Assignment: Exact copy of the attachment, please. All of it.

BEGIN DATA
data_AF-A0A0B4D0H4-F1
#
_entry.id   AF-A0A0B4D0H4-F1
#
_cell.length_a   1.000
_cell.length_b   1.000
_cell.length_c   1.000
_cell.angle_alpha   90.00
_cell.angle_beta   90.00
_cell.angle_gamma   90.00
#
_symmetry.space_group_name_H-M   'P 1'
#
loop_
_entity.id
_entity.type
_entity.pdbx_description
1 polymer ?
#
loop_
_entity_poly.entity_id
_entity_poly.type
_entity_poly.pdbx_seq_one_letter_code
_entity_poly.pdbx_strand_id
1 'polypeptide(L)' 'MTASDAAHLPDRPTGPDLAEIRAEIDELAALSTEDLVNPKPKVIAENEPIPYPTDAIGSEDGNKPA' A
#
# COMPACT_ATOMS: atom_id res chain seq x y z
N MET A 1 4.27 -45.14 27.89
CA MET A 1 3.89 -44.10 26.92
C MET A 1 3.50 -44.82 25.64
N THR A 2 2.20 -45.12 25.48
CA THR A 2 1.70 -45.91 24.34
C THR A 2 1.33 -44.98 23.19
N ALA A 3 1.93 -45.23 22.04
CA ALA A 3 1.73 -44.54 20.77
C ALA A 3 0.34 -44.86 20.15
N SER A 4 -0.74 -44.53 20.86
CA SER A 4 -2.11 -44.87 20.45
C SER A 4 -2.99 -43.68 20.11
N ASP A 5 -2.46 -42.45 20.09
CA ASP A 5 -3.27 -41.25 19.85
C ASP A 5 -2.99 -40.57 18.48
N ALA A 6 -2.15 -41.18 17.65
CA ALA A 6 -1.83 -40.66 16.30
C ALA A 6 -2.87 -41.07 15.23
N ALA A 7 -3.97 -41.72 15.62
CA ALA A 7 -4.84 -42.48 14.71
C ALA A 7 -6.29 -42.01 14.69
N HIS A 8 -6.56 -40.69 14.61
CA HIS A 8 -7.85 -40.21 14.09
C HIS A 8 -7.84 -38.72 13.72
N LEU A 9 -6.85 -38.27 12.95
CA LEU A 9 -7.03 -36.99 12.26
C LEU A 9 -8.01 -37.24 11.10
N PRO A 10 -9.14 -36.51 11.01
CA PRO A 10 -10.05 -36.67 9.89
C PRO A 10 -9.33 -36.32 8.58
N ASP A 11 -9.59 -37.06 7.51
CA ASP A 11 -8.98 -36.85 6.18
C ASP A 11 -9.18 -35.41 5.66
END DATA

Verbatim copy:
data_AF-A0A0B4D0H4-F1
#
_entry.id   AF-A0A0B4D0H4-F1
#
_cell.length_a   1.000
_cell.length_b   1.000
_cell.length_c   1.000
_cell.angle_alpha   90.00
_cell.angle_beta   90.00
_cell.angle_gamma   90.00
#
_symmetry.space_group_name_H-M   'P 1'
#
loop_
_entity.id
_entity.type
_entity.pdbx_description
1 polymer ?
#
loop_
_entity_poly.entity_id
_entity_poly.type
_entity_poly.pdbx_seq_one_letter_code
_entity_poly.pdbx_strand_id
1 'polypeptide(L)' 'MTASDAAHLPDRPTGPDLAEIRAEIDELAALSTEDLVNPKPKVIAENEPIPYPTDAIGSEDGNKPA' A
#
# COMPACT_ATOMS: atom_id res chain seq x y z
N MET A 1 4.27 -45.14 27.89
CA MET A 1 3.89 -44.10 26.92
C MET A 1 3.50 -44.82 25.64
N THR A 2 2.20 -45.12 25.48
CA THR A 2 1.70 -45.91 24.34
C THR A 2 1.33 -44.98 23.19
N ALA A 3 1.93 -45.23 22.04
CA ALA A 3 1.73 -44.54 20.77
C ALA A 3 0.34 -44.86 20.15
N SER A 4 -0.74 -44.53 20.86
CA SER A 4 -2.11 -44.87 20.45
C SER A 4 -2.99 -43.68 20.11
N ASP A 5 -2.46 -42.45 20.09
CA ASP A 5 -3.27 -41.25 19.85
C ASP A 5 -2.99 -40.57 18.48
N ALA A 6 -2.15 -41.18 17.65
CA ALA A 6 -1.83 -40.66 16.30
C ALA A 6 -2.87 -41.07 15.23
N ALA A 7 -3.97 -41.72 15.62
CA ALA A 7 -4.84 -42.48 14.71
C ALA A 7 -6.29 -42.01 14.69
N HIS A 8 -6.56 -40.69 14.61
CA HIS A 8 -7.85 -40.21 14.09
C HIS A 8 -7.84 -38.72 13.72
N LEU A 9 -6.85 -38.27 12.95
CA LEU A 9 -7.03 -36.99 12.26
C LEU A 9 -8.01 -37.24 11.10
N PRO A 10 -9.14 -36.51 11.01
CA PRO A 10 -10.05 -36.67 9.89
C PRO A 10 -9.33 -36.32 8.58
N ASP A 11 -9.59 -37.06 7.51
CA ASP A 11 -8.98 -36.85 6.18
C ASP A 11 -9.18 -35.41 5.66